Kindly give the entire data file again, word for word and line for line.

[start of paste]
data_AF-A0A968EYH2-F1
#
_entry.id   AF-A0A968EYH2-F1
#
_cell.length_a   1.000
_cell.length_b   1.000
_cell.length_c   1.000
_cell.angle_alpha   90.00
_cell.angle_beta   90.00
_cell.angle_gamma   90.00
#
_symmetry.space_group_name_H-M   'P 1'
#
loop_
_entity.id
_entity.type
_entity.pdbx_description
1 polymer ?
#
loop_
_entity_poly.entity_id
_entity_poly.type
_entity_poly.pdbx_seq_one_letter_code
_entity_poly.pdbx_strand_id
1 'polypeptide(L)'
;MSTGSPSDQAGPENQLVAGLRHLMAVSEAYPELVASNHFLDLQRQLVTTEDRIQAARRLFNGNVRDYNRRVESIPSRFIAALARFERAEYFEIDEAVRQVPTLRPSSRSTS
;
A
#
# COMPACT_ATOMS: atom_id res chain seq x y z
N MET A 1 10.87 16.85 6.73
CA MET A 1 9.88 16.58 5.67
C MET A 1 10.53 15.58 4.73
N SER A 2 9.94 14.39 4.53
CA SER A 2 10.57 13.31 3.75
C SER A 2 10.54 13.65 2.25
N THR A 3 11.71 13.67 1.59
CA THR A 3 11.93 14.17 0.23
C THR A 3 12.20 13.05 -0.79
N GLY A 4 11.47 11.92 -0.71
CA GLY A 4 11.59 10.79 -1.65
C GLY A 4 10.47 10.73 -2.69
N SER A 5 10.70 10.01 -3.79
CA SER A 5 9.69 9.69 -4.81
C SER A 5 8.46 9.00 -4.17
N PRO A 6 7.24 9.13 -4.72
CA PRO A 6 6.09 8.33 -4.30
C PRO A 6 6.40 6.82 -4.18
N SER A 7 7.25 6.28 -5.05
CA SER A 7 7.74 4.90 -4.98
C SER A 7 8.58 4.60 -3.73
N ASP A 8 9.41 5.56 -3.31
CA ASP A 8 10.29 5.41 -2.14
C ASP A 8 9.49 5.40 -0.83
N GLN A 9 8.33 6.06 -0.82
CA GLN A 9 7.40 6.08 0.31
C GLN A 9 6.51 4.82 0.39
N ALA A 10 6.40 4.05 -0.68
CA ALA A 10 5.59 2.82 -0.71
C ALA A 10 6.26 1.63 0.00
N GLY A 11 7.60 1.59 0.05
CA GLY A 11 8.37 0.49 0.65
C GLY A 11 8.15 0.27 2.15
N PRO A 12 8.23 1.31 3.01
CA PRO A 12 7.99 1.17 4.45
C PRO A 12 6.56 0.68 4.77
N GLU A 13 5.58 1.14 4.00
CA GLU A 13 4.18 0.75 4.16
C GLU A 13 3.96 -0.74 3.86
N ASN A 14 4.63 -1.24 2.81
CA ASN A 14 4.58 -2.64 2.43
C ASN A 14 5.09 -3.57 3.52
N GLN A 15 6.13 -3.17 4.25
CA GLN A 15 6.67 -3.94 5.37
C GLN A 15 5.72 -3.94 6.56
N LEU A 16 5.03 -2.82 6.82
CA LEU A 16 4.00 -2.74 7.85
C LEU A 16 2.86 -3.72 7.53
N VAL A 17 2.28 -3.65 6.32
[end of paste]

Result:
data_AF-A0A968EYH2-F1
#
_entry.id   AF-A0A968EYH2-F1
#
_cell.length_a   1.000
_cell.length_b   1.000
_cell.length_c   1.000
_cell.angle_alpha   90.00
_cell.angle_beta   90.00
_cell.angle_gamma   90.00
#
_symmetry.space_group_name_H-M   'P 1'
#
loop_
_entity.id
_entity.type
_entity.pdbx_description
1 polymer ?
#
loop_
_entity_poly.entity_id
_entity_poly.type
_entity_poly.pdbx_seq_one_letter_code
_entity_poly.pdbx_strand_id
1 'polypeptide(L)'
;MSTGSPSDQAGPENQLVAGLRHLMAVSEAYPELVASNHFLDLQRQLVTTEDRIQAARRLFNGNVRDYNRRVESIPSRFIAALARFERAEYFEIDEAVRQVPTLRPSSRSTS
;
A
#
# COMPACT_ATOMS: atom_id res chain seq x y z
N MET A 1 10.87 16.85 6.73
CA MET A 1 9.88 16.58 5.67
C MET A 1 10.53 15.58 4.73
N SER A 2 9.94 14.39 4.53
CA SER A 2 10.57 13.31 3.75
C SER A 2 10.54 13.65 2.25
N THR A 3 11.71 13.67 1.59
CA THR A 3 11.93 14.17 0.23
C THR A 3 12.20 13.05 -0.79
N GLY A 4 11.47 11.92 -0.71
CA GLY A 4 11.59 10.79 -1.65
C GLY A 4 10.47 10.73 -2.69
N SER A 5 10.70 10.01 -3.79
CA SER A 5 9.69 9.69 -4.81
C SER A 5 8.46 9.00 -4.17
N PRO A 6 7.24 9.13 -4.72
CA PRO A 6 6.09 8.33 -4.30
C PRO A 6 6.40 6.82 -4.18
N SER A 7 7.25 6.28 -5.05
CA SER A 7 7.74 4.90 -4.98
C SER A 7 8.58 4.60 -3.73
N ASP A 8 9.41 5.56 -3.31
CA ASP A 8 10.29 5.41 -2.14
C ASP A 8 9.49 5.40 -0.83
N GLN A 9 8.33 6.06 -0.82
CA GLN A 9 7.40 6.08 0.31
C GLN A 9 6.51 4.82 0.39
N ALA A 10 6.40 4.05 -0.68
CA ALA A 10 5.59 2.82 -0.71
C ALA A 10 6.26 1.63 0.00
N GLY A 11 7.60 1.59 0.05
CA GLY A 11 8.37 0.49 0.65
C GLY A 11 8.15 0.27 2.15
N PRO A 12 8.23 1.31 3.01
CA PRO A 12 7.99 1.17 4.45
C PRO A 12 6.56 0.68 4.77
N GLU A 13 5.58 1.14 4.00
CA GLU A 13 4.18 0.75 4.16
C GLU A 13 3.96 -0.74 3.86
N ASN A 14 4.63 -1.24 2.81
CA ASN A 14 4.58 -2.64 2.43
C ASN A 14 5.09 -3.57 3.52
N GLN A 15 6.13 -3.17 4.25
CA GLN A 15 6.67 -3.94 5.37
C GLN A 15 5.72 -3.94 6.56
N LEU A 16 5.03 -2.82 6.82
CA LEU A 16 4.00 -2.74 7.85
C LEU A 16 2.86 -3.72 7.53
N VAL A 17 2.28 -3.65 6.32